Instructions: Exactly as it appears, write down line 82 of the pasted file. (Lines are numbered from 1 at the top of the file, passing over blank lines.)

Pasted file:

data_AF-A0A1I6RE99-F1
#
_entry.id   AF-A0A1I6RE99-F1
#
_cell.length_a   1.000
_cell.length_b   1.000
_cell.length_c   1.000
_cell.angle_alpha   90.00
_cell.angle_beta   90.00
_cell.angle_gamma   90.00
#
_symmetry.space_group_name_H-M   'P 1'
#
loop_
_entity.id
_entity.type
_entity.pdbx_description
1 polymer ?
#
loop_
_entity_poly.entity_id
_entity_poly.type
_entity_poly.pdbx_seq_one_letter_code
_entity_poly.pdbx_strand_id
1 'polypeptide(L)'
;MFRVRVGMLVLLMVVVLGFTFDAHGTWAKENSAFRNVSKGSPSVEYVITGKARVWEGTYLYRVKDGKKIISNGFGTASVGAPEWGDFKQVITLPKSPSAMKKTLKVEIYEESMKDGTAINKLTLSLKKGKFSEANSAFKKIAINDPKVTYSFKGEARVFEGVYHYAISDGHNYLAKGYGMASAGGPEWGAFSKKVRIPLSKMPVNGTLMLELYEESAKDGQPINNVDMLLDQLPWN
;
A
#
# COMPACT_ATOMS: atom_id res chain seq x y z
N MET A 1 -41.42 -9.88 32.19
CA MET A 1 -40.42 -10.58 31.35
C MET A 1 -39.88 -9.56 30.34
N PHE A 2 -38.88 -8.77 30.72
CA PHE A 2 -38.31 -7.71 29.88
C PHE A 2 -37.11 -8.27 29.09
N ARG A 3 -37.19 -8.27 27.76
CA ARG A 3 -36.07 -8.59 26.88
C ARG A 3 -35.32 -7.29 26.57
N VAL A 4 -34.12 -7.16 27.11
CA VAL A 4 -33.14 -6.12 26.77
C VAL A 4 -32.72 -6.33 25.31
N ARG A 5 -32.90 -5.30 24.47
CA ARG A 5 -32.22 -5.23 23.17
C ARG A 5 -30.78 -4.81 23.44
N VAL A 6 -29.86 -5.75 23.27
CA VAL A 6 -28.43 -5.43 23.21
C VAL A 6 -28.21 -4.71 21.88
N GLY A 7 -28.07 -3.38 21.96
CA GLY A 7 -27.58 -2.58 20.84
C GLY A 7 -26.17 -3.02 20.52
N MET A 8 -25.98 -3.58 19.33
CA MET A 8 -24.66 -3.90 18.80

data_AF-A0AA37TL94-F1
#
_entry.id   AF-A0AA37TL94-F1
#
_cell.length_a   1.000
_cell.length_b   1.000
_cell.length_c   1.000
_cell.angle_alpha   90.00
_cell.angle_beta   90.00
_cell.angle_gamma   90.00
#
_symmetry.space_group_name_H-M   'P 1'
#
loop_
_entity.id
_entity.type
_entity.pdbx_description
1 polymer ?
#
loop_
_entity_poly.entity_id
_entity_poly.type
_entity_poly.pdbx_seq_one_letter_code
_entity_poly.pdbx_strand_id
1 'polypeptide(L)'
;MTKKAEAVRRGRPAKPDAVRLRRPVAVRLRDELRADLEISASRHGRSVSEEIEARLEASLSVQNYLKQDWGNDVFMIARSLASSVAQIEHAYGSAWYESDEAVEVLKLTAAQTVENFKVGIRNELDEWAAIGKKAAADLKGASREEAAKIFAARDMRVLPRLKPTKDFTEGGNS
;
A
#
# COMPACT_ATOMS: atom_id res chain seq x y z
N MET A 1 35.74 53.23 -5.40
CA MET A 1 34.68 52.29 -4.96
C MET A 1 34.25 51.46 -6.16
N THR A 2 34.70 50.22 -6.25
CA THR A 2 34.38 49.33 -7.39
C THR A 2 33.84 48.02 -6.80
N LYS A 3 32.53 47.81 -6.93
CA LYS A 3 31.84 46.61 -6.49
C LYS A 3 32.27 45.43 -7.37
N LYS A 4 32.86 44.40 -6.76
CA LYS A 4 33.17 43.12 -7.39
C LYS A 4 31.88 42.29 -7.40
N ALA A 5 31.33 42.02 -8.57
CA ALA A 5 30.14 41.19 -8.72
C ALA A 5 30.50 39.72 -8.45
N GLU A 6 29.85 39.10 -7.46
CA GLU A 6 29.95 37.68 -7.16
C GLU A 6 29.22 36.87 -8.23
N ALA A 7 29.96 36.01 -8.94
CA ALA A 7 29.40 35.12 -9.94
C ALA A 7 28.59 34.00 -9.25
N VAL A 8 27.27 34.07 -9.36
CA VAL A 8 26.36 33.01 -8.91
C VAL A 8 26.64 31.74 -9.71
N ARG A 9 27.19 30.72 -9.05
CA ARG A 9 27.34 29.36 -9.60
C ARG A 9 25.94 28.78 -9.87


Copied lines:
#